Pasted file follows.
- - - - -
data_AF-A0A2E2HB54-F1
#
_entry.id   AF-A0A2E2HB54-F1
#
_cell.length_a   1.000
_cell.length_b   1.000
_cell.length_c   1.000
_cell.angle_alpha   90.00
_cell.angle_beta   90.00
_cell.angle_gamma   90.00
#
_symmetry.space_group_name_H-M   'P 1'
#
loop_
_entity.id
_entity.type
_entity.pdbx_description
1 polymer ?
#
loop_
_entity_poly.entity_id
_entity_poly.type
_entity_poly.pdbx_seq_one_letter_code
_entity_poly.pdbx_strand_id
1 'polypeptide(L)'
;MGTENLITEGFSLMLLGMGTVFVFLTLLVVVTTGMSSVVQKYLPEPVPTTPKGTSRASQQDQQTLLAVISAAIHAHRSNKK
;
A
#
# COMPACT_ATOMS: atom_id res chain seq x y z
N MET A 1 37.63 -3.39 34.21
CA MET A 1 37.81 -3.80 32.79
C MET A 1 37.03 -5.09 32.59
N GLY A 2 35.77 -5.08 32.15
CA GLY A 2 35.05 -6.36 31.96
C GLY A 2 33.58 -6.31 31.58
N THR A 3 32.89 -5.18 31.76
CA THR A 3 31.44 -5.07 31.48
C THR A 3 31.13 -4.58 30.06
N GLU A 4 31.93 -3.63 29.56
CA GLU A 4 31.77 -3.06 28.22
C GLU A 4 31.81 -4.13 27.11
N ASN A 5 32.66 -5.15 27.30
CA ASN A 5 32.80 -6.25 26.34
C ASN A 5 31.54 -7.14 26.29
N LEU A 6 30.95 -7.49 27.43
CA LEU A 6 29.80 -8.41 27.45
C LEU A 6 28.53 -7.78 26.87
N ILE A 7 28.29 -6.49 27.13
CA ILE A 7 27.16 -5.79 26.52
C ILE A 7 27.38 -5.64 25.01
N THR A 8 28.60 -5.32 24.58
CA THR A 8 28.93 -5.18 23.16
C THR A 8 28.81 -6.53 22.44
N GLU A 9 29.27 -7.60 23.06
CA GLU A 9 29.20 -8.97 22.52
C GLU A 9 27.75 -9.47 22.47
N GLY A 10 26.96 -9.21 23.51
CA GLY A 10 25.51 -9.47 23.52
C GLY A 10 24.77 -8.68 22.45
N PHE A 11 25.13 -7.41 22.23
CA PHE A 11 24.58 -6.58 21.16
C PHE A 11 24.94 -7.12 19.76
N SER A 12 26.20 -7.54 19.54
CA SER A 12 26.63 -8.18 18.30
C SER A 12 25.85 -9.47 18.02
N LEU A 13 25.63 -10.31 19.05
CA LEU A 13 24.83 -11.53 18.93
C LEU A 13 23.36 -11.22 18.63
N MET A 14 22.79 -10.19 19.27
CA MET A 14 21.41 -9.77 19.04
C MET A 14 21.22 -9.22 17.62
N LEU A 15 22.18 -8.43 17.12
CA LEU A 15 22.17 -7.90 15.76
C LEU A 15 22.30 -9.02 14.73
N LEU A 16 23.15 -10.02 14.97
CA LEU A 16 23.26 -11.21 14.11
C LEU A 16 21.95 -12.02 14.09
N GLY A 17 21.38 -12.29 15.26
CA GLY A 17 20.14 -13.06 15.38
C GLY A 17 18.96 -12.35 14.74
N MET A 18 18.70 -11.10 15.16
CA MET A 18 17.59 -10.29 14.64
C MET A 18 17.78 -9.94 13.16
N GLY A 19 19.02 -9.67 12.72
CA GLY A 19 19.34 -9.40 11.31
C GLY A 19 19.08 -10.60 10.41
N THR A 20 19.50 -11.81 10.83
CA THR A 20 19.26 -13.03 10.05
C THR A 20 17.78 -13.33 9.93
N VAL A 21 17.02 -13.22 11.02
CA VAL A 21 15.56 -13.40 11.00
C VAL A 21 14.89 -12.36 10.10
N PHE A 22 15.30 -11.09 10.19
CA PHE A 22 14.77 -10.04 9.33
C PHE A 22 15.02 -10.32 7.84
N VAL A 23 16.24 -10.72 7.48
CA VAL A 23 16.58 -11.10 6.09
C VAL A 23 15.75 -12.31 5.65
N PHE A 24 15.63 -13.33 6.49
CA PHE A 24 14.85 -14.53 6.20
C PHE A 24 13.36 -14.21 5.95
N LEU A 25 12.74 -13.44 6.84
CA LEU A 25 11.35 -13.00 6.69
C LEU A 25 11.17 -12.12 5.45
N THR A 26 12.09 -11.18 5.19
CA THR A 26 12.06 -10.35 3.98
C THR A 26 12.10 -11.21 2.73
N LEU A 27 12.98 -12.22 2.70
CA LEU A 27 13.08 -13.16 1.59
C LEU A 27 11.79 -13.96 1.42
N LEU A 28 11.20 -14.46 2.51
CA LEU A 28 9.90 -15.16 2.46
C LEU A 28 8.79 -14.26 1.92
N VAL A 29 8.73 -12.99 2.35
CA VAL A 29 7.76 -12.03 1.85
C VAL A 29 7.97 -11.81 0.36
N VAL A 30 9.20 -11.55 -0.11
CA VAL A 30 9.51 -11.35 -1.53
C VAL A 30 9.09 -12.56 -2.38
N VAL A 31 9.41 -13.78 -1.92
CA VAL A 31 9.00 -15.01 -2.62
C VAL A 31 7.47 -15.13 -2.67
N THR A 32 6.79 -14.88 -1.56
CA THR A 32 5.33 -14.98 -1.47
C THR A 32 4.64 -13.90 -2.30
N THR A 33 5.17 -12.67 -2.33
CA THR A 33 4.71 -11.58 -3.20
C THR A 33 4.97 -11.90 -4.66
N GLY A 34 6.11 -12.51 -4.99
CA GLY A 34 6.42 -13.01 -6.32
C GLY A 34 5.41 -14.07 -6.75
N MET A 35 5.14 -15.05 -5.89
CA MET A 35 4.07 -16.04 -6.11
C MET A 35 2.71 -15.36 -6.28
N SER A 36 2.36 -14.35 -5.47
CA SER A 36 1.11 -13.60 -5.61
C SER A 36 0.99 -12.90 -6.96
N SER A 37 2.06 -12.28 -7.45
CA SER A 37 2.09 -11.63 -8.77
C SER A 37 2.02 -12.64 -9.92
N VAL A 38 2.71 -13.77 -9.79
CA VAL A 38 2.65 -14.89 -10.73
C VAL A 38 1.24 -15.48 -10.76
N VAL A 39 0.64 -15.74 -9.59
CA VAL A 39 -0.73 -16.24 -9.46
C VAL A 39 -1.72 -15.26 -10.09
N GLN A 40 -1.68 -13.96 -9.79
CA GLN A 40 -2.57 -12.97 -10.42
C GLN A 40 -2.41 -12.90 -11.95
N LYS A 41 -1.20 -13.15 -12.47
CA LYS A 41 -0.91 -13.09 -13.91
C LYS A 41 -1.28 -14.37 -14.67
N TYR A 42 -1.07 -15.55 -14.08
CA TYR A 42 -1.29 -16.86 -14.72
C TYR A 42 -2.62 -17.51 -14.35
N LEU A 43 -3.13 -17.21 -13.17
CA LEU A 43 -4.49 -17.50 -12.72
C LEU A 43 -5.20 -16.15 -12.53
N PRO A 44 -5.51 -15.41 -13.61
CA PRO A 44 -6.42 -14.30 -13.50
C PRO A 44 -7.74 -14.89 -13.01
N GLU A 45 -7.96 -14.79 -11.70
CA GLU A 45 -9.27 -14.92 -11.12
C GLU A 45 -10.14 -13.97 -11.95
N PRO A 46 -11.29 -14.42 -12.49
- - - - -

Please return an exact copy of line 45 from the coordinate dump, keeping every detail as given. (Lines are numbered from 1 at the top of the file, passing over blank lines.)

C ASN A 5 31.54 -7.14 26.29